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125-Year-Old Church That Hosted Unlicensed Young Camelot Venue Demolished

By Paul Biasco | May 17, 2016 5:32am | Updated on May 17, 2016 10:15am
 The building that once housed Young Camelot in Humboldt Park was demolished last week to make way for condos.
The building that once housed Young Camelot in Humboldt Park was demolished last week to make way for condos.
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HUMBOLDT PARK — A former Humboldt Park church that was most recently the home to the DIY arts collective Young Camelot has been demolished.

The church, built more than 125 years ago, was sold in March and is slated to become a six-unit condominium building, according to city records.

Young Camelot made news earlier this year after a man's jaw was broken during a violent night at the unlicensed venue, 2733 W. Hirsch St.

The show was supposed to be an after-party for a show held at Metro, but was broken up by police.

The former owner of the building, prominent Humboldt Park landlord Gino Battaglia, said the night that shut Young Camelot down had nothing to do with the sale of the building.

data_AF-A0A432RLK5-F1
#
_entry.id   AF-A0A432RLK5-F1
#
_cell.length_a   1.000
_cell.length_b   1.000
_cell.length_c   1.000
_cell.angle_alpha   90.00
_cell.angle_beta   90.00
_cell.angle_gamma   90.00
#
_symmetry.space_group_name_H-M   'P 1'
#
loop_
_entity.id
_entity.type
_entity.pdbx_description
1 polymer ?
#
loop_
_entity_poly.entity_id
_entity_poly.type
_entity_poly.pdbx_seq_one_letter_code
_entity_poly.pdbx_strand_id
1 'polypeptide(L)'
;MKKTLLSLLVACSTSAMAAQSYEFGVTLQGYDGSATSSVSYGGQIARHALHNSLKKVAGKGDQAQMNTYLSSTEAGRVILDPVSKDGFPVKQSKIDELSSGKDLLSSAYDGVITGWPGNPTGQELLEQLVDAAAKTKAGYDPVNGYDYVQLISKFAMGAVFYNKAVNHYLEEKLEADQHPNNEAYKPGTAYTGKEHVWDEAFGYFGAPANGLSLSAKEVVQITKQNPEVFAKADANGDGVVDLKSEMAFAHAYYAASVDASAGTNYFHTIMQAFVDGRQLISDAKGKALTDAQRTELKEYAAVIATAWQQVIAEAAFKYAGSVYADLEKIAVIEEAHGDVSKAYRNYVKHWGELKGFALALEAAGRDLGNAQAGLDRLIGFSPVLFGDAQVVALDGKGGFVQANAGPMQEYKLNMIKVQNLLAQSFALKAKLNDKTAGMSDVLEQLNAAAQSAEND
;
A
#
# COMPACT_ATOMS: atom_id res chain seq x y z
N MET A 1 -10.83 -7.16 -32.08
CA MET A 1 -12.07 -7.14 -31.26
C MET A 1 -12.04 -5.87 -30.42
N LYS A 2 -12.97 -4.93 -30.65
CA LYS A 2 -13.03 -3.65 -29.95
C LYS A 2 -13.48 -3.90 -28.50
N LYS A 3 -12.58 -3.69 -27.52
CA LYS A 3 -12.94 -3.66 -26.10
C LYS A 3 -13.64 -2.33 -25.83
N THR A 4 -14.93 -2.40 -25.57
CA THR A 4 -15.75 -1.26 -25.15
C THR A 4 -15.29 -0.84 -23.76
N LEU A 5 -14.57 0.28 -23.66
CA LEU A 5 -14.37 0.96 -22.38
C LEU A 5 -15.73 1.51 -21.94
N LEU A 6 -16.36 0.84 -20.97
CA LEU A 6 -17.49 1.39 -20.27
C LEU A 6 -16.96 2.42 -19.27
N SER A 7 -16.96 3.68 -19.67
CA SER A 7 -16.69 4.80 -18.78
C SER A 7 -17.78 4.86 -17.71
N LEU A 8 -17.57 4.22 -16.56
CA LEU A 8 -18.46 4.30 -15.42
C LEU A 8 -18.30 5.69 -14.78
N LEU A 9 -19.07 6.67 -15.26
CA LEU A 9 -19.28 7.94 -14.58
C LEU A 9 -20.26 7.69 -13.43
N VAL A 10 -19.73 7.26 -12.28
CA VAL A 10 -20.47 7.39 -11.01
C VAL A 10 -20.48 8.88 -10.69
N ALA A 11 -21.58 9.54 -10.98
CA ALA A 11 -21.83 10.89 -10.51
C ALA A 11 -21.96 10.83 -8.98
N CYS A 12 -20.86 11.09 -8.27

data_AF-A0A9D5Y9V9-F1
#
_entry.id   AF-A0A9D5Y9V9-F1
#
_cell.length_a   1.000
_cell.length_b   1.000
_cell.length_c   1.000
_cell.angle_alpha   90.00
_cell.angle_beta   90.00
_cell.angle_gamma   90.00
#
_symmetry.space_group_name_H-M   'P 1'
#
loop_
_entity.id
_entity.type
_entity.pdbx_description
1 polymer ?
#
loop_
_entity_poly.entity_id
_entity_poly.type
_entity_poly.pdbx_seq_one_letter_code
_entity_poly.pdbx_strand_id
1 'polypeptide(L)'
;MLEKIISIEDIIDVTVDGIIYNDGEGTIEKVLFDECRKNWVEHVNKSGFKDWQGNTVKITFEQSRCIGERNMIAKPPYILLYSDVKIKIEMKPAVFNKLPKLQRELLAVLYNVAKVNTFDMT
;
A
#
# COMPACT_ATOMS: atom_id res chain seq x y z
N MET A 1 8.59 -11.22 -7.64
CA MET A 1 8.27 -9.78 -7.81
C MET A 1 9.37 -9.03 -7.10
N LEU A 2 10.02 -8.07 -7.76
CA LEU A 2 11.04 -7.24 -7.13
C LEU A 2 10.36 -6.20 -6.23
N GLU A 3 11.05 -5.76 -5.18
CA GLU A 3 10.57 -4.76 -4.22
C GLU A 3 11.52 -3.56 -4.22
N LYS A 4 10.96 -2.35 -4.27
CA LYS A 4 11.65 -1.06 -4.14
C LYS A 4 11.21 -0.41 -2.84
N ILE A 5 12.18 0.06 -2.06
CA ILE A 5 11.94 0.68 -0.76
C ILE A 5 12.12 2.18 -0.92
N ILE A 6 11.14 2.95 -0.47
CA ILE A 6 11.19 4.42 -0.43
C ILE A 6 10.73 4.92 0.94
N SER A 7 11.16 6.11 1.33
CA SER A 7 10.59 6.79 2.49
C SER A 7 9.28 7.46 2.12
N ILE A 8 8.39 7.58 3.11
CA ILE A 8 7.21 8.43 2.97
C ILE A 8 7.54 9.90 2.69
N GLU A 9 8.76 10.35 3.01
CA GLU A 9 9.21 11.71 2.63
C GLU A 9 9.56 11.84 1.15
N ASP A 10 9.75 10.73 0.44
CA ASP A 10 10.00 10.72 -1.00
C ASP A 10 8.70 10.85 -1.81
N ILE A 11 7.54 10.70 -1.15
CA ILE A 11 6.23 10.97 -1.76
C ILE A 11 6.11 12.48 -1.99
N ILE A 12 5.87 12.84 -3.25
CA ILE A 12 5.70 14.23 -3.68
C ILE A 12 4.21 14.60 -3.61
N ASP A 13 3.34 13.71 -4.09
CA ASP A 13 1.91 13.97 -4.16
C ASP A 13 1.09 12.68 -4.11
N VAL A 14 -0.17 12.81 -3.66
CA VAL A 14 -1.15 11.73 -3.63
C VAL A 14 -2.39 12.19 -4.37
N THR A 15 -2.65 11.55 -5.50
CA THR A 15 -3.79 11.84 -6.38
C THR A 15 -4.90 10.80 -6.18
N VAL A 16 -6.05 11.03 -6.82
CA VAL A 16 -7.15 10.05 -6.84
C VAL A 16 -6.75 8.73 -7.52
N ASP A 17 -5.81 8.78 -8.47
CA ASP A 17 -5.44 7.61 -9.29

"As soon as we found out we kicked them out," Battaglia said of the former residents who he thought were artists living in the space.

Related: Man's Jaw Broken In 'Pandemonium' That Followed Young Camelot Club Shutdown

Battaglia said he had been planning to sell the building and was awaiting a zoning change from a single family to one that would allow for a six-unit condo building.

"That was all in the works," he said of the sale. "We were going to develop it ourselves, but we decided not to because we are doing another project."

The new owner of the property that is planning condominiums is ProGroup Development, LLC, according to department of building  and county records.

The developer is planning a six-unit building with two three-car garages at an estimated $1.1 million, according to building permits issued in April.

The developer could not be reached for comment.

Young Camelot

After the police bust and fight that eventually led to Young Camelot's shutdown in January, the co-founder of the collective insisted it was never their intent to throw big parties.

"It was a one-in-a-million thing that ended up being really, really bad," said Joey Eichler, who started Young Camelot out of a Logan Square apartment with roommates.

Eichler lived at the church when the incident occurred.

Battaglia said he rented the 4,500-square-foot space to four roommates on a two-year lease.

"I know all the laws to having live performances. I'm not going to jeopardize my building," he said. "If I would have known, I would have kicked them out.”

Young Camelot was profiled by the Reader earlier this year detailing how the group of 14 "knights" of Young Camelot ran their makeshift venue.

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